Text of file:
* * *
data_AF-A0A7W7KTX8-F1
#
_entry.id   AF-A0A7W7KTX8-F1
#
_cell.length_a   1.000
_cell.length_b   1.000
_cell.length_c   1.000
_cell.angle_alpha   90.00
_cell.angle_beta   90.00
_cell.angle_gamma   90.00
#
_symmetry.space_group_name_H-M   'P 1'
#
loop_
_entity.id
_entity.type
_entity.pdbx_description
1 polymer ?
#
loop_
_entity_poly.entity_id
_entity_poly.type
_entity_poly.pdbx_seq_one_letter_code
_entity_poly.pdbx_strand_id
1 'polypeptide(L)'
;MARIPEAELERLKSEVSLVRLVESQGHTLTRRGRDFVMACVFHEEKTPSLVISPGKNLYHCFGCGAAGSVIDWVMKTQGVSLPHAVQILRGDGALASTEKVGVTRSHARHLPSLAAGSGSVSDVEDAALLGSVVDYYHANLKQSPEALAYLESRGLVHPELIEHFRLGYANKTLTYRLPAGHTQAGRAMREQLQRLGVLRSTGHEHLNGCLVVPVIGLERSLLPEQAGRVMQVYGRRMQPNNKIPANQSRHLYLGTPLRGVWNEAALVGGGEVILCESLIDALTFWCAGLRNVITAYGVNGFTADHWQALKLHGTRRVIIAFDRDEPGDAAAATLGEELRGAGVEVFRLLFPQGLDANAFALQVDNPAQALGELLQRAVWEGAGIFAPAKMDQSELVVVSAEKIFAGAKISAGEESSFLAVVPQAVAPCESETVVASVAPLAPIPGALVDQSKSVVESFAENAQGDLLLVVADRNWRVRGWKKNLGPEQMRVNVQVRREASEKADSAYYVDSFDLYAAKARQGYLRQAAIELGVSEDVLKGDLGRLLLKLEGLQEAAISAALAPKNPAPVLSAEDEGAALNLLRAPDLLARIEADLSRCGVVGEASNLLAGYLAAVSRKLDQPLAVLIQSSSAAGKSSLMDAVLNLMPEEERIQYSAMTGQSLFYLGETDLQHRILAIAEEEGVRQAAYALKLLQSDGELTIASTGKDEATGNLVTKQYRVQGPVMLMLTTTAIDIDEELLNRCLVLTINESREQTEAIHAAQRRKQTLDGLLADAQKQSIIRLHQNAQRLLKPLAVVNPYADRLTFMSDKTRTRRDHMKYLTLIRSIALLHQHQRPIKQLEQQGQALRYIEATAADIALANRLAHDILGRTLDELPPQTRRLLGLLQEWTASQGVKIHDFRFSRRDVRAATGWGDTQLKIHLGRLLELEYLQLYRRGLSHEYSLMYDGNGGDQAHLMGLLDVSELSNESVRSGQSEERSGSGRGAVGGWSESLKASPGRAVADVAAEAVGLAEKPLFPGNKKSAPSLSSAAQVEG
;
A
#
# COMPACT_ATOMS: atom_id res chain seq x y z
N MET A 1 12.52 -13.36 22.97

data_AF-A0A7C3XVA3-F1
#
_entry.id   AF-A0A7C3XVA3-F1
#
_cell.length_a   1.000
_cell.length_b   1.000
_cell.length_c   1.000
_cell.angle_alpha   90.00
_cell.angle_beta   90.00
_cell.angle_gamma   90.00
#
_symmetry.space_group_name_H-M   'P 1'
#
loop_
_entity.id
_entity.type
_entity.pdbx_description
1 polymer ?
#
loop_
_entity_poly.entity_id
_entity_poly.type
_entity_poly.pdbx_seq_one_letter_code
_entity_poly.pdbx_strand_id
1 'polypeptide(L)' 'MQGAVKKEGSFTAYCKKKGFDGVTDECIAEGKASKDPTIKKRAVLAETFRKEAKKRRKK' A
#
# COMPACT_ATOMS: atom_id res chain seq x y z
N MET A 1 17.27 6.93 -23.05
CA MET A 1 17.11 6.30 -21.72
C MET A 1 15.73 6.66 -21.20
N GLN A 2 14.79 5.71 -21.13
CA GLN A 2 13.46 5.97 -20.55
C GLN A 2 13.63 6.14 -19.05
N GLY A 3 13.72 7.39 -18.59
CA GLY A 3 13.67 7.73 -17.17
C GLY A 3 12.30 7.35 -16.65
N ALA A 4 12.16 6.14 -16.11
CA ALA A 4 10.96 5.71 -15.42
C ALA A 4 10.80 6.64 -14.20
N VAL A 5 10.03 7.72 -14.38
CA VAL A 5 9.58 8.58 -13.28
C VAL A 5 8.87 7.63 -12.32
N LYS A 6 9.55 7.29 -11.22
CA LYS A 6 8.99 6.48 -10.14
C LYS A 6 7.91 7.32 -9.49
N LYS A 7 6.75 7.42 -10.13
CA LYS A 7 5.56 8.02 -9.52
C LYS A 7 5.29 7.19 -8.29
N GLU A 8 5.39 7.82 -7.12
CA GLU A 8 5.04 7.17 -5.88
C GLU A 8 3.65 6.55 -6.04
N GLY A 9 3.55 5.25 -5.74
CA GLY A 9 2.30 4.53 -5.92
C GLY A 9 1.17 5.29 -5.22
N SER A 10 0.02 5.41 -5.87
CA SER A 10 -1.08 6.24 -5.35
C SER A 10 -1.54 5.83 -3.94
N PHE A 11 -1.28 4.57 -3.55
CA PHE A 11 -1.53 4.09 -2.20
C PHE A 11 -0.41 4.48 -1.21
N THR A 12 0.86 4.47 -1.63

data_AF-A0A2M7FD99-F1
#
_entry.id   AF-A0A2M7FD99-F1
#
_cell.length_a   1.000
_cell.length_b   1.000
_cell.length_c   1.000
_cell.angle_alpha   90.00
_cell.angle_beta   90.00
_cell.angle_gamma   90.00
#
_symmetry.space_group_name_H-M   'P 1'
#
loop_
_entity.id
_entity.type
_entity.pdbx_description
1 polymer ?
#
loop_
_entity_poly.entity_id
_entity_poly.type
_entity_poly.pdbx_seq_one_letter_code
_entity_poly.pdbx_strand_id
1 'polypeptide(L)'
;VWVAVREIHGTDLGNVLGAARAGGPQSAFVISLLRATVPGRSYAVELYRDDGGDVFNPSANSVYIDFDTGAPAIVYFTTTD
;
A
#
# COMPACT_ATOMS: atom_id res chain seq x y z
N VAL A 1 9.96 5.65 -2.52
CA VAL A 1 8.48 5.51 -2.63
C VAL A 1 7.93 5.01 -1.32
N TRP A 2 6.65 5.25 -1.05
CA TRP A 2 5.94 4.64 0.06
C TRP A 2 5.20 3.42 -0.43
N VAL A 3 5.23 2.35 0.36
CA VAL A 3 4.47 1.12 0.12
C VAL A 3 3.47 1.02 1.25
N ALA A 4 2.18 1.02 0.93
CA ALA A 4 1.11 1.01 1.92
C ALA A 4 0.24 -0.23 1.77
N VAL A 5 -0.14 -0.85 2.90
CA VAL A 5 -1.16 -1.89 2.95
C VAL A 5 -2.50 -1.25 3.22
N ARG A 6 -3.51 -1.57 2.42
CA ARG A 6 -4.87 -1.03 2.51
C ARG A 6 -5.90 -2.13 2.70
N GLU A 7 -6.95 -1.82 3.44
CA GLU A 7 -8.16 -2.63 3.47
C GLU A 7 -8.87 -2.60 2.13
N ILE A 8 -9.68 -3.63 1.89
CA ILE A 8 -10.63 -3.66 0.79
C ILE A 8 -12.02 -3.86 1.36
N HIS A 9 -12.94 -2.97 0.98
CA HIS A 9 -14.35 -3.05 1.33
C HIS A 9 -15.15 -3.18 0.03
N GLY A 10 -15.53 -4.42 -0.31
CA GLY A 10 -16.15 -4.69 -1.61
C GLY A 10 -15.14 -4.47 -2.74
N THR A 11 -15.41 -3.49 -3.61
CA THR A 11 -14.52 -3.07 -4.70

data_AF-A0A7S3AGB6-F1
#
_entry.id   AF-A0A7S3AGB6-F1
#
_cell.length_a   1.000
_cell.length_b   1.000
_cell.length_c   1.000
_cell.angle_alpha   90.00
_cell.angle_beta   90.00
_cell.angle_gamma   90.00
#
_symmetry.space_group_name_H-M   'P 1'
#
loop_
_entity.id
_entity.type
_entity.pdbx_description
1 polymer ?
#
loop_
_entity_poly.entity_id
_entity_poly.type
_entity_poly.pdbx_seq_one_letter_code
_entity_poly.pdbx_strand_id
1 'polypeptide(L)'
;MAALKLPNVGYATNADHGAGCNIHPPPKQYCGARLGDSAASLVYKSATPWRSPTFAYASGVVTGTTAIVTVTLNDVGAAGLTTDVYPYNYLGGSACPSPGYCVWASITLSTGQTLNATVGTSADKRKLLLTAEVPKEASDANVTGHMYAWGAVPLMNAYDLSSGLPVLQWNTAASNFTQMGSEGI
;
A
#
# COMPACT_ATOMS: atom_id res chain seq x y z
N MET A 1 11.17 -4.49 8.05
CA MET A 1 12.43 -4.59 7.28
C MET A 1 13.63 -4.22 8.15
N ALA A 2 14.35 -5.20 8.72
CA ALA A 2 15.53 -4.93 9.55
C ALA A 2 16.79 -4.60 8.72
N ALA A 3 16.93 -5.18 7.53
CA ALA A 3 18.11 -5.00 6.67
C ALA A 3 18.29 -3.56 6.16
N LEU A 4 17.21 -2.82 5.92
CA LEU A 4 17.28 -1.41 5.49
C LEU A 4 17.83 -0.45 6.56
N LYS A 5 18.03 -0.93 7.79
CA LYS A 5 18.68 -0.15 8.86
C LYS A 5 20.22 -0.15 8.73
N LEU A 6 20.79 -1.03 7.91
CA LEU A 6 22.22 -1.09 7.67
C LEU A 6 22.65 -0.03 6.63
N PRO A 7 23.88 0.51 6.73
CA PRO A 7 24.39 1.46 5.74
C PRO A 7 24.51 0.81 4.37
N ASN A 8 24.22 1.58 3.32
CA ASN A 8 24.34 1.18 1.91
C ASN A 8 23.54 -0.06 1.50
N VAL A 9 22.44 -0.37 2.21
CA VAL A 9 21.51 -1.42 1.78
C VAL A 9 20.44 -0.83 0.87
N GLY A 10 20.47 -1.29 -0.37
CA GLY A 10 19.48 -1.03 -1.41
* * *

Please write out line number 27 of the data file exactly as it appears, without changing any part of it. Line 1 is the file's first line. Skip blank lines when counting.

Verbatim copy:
;